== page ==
Based on the rumor about the new Netflix witcher series, I'm asking how Cirilla's color of skin is described in the books?


2 Answers 2


Her skin colour is never specifically stated but we can guess guess that she was most likely a pale-skinned Caucasian:

  • Sapkowski rarely describes skin colour, but he specifically states that people in Zerrikania (far south of Nilfgaard) have significantly darker skin that Nordlings and Nilfgardians and people from Skellige are have usually paller skin. So, if the change of skin colour is similar to our world, we would have pale-blond Skellige (like our Scandinavia), slowly turning darker towards south to Italian olive and even darker, towards black in Zerrikania. Since Nilfgard is based on the Roman Empire, we can assume that Nilfgardians look similar to Romans, with olive skin and usually dark hair.
  • We know for sure that Ciri had green eyes and pale hair. Green eyes are the rarest from all eye colours and almost exclusive to the northern and central Europe and rarely in western Asia Source. But hey, it is a fantasy world...
  • We explicitly know, that her grandmother Calanthe was white:

The queen lifted her head. Geralt knelt.“Witcher,” she responded drily.As before, the queen wore emeralds matching the green of her dress and her eyes. As before, a thin gold crown encircled her ash-gray hair. But her hands, which he remembered as thin and white, were not as thin as before.

  • Her mother's father (as well as whole father's family) comes from various provinces of Nilfgaard, which could give her skin colour bit closer to her father's one. But while Emhyr/Duny is described as having dark black hair, Cirilla just like Pavetta, has grey-blond ones, which means she has taken more from her mother's look.
  • No one in the books comments on Ciri's skin colour as a special in any way - in contrast, women from Skellige and Zerrikania attract attention for their exotic looks. This would suggest that Ciri doesn't look particularly different than other people living in the Northern Kindgoms/Nilfgaard. While (again, since this is a fantasy) doesn't mean anything (they could be blue with yellow dots), sir Galahad from Arturian Britain doesn't comment about anything special in her skin colour, although he finds her hair "strange":

The longer he studied her, the more she lost her magical aura and became more humane and ordinary –almost mundane. He knew, however, that such was not the case, it could not be. A plain, ordinary girl would never have been met alone at the foot of Y Wyddfa, on the edge of Cwm Pwcca, bathing naked in a mountain lake and washing a blood-stained shirt. No matter how the girl looked, in no case could she be an earthly creature.Despite knowing this, Galahad could look calmly and without superstitious fear at her mouse coloured hair, which to his amazement now that it was dry, was traversed by shiny streaks of grey. He could now look at her slender hands, her little nose, her pale lips her male clothing with a strange cut, made with an extremely delicate fabric.

But then he was wandering around the world, so he would seen "Moor" girls and the Black Knight...


Ciri is pale. There is chapter in book describing it very precise:

"… Now it’s our turn, thought Geralt. He was right. The officer stared at Ciri. His eyes shone through the opening in his visor, watching everything without missing a detail. Her paleness. The scar on her cheek…"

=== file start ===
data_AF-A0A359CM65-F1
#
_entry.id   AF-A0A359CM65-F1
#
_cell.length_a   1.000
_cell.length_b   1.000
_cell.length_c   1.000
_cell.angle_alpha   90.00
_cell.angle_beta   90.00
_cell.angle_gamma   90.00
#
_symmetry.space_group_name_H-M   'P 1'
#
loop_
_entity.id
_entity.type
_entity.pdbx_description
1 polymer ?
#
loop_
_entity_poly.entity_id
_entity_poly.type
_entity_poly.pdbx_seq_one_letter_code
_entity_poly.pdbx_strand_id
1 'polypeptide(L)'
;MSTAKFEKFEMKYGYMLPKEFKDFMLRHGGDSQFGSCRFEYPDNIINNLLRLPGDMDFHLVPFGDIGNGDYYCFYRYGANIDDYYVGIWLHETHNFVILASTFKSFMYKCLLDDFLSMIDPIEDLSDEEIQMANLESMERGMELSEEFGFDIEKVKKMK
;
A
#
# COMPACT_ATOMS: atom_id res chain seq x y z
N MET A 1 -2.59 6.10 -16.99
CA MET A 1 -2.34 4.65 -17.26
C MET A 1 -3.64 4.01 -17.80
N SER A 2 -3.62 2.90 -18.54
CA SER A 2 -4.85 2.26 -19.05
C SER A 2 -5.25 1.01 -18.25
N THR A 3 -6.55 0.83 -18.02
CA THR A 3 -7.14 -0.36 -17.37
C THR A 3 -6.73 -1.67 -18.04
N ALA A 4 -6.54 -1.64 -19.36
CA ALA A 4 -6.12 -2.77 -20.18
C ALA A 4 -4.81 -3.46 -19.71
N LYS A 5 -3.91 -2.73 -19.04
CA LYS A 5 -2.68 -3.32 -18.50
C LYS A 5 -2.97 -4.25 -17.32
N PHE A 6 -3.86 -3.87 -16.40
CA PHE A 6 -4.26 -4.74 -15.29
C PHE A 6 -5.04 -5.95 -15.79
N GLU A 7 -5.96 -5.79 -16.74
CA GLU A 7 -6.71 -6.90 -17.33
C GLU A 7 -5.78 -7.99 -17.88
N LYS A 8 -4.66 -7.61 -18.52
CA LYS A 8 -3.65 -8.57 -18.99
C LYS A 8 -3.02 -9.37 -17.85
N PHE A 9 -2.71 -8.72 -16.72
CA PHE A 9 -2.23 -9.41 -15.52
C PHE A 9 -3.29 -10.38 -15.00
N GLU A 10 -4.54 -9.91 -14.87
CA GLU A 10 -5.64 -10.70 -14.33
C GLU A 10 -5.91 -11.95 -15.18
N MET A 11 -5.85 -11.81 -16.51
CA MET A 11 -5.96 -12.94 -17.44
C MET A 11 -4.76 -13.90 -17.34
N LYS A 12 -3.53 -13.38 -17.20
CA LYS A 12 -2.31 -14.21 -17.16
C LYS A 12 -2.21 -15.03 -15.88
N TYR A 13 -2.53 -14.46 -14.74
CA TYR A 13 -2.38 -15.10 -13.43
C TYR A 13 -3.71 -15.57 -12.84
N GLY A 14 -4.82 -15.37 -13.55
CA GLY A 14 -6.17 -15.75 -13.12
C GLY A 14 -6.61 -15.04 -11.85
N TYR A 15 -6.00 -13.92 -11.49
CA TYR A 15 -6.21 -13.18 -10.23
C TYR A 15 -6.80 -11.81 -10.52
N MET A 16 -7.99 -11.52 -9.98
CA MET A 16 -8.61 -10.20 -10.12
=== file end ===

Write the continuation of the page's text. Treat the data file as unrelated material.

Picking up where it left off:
The Lady of the Lake, chapter 9

  • 1
    While I agree, one could say that "paleness" is a medical condition caused by lower blood flow to the skin, that can happen to anyone as an effect of sickness or stress, no matter the original color :i.e. "Her skin was pale from fear". And yes, even black people can go "pale"
    – Yasskier
    Sep 12, 2018 at 21:01
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    Ciri spent her youth in Cintra and Skellige under the care of her grandmother and her uncle. The Kingdom of Cintra is one of the Northern Kingdoms. And the Northern Kingdoms or the Northern Realms are a group of human states north of the Amell mountains. Their inhabitants are called Nordlings. In our world, she would be of Swedish, Finnish or Norwegian origin. Netflix should consider this. I like diversity, but in this case, Netflix is not right, they are wrong.
    – Alex
    Sep 12, 2018 at 21:26
  • Well I do agree - check my own answer above. Just for the sake of argument, please note that her father and his whole family and her grandfather on the mother side were from various Nilfgaard provinces, so she could have skin could be closer to olive-Italian or suntanned Greek rather than pale Scandinavian.
    – Yasskier
    Sep 12, 2018 at 21:35
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    I know. However, this casting issue is a bad omen for upcoming Netflix series. The Witcher saga has plenty of space for diversity, but casting Ciri as not white and pale is not right decision. As of August 2015, six weeks after its release date, the game (The Witcher / The Wild Hunt) had already sold 6 million units worldwide. And game has 9,8 rating on IMDB. You should take this in consideration while planning a Netflix series. Yes, the game is based on the Witcher novels, but - whether you like it or not - if there were no games most of the world would have never known about the books.
    – Alex
    Sep 12, 2018 at 22:10
  • I believe this quote is accurate. Yes - this is after a battle where Ciri has lost blood and she could be pale for that reason. But it is also the first time Ehmyr ("the officer") sees her, and he is no doubt searching for a likeness with her parents.
    – Amarth
    Oct 1, 2019 at 20:31

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